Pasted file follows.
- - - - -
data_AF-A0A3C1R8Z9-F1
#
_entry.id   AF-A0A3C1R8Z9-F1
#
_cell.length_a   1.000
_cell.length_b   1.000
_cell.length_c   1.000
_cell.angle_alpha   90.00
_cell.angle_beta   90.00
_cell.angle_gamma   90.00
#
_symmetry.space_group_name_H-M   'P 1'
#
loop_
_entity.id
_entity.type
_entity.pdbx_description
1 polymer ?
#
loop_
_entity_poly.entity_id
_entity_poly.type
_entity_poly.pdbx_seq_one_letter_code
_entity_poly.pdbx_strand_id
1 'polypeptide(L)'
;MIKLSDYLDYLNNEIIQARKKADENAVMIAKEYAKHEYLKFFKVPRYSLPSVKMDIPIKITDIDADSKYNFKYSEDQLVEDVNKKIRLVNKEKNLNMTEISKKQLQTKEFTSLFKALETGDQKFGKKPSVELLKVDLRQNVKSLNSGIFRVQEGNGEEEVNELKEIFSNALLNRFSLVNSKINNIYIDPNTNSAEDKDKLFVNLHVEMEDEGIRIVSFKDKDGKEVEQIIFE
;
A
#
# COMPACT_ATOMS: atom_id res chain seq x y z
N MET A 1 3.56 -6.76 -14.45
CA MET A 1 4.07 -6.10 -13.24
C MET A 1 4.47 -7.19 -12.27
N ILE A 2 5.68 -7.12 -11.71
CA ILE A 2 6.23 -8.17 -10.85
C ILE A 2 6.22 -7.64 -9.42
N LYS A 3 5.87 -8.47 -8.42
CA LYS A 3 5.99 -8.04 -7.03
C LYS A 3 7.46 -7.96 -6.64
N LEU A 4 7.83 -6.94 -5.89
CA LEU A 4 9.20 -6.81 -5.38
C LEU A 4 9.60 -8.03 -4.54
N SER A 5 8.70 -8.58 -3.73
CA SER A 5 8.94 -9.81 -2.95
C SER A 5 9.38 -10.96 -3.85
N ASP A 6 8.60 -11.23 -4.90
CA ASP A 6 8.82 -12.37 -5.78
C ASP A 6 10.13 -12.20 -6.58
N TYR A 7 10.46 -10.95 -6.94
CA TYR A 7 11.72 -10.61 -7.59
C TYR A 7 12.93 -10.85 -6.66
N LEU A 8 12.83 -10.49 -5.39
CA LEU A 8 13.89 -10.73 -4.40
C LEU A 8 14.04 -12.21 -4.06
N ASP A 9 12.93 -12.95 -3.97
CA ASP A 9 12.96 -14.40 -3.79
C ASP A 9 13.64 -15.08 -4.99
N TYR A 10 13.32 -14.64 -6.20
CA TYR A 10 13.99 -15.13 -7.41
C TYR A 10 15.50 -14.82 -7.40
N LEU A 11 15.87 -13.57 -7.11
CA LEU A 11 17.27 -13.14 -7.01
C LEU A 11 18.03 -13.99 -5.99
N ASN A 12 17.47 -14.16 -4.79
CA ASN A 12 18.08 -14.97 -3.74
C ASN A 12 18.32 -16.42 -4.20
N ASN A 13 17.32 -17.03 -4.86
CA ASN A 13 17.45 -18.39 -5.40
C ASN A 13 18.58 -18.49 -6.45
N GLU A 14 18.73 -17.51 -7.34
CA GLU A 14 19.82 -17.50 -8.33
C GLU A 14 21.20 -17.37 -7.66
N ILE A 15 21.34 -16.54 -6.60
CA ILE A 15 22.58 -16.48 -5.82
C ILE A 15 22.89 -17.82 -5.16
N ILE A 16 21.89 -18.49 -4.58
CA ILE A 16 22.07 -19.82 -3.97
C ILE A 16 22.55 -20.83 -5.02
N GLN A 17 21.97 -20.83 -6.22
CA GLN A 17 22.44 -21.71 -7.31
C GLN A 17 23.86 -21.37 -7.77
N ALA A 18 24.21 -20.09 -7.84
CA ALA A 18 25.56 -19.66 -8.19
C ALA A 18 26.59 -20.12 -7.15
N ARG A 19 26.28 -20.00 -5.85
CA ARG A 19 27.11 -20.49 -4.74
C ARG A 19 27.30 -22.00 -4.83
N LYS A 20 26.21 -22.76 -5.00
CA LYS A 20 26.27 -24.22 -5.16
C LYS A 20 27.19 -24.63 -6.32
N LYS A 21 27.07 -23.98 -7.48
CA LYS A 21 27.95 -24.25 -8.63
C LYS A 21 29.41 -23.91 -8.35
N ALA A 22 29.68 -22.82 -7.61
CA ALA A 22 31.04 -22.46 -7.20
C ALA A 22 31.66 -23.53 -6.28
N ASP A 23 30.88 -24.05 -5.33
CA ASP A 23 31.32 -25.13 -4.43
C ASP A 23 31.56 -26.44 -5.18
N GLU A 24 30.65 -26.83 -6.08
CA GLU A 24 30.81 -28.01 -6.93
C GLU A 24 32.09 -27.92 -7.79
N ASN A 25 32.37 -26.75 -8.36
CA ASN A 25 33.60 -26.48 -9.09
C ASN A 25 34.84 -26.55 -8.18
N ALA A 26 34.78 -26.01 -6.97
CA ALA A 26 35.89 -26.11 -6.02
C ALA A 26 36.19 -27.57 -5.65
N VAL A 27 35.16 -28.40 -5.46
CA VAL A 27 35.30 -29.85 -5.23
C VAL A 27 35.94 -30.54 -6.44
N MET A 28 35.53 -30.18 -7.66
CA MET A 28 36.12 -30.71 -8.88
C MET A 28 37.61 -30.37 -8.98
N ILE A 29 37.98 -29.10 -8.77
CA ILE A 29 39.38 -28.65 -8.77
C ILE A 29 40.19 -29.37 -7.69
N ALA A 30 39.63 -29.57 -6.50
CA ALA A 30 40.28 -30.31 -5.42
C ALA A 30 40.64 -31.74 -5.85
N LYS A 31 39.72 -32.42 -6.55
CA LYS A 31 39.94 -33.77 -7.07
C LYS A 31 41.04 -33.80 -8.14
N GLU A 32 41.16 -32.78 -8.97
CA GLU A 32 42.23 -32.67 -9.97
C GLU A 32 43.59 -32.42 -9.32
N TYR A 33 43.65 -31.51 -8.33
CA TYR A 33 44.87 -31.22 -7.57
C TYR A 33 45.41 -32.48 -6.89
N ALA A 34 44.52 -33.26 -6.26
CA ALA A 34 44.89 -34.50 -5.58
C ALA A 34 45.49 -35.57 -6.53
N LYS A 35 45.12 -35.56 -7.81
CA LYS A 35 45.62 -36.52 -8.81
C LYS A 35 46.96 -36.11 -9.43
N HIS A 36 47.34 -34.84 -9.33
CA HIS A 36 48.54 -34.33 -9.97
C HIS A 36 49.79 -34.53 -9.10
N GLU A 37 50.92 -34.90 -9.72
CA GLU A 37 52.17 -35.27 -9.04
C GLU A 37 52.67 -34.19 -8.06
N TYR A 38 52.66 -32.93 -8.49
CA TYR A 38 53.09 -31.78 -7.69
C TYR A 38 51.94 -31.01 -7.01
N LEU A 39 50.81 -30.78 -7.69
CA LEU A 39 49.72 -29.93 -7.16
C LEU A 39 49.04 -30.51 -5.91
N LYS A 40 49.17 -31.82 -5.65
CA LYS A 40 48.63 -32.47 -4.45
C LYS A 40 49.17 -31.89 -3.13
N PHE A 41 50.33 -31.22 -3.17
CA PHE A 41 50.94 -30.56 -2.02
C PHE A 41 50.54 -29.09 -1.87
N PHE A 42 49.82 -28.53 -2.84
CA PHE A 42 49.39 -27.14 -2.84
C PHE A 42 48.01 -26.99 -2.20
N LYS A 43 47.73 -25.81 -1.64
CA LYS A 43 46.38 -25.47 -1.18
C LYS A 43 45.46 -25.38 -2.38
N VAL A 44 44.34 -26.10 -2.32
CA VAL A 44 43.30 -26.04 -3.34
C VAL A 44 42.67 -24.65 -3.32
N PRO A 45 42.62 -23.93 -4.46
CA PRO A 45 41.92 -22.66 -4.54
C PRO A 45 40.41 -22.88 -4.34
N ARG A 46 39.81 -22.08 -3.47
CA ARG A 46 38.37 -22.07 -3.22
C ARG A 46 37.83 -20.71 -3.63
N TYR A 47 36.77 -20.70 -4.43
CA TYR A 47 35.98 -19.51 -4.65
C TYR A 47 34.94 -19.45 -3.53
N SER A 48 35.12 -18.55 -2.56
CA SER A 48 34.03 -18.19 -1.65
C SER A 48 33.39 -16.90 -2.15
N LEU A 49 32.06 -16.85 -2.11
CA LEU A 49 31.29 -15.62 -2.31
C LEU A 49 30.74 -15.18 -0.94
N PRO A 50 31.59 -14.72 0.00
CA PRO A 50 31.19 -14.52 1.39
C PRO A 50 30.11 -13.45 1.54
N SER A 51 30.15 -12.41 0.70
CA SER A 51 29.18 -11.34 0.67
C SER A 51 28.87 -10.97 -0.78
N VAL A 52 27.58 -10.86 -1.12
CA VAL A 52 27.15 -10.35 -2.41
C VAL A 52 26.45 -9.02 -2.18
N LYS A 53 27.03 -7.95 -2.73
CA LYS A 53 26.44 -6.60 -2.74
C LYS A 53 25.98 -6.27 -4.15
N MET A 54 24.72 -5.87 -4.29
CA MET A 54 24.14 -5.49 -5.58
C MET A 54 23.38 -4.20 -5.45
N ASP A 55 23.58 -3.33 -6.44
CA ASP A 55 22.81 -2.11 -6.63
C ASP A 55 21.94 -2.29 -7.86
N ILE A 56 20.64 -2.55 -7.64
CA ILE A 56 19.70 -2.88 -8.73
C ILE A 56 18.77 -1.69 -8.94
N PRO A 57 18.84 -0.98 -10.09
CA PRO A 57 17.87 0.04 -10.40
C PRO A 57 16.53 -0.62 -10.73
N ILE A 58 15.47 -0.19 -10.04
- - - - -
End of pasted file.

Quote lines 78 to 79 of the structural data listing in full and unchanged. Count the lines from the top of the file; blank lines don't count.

C ILE A 16 22.55 -20.83 -5.02
N GLN A 17 21.97 -20.83 -6.22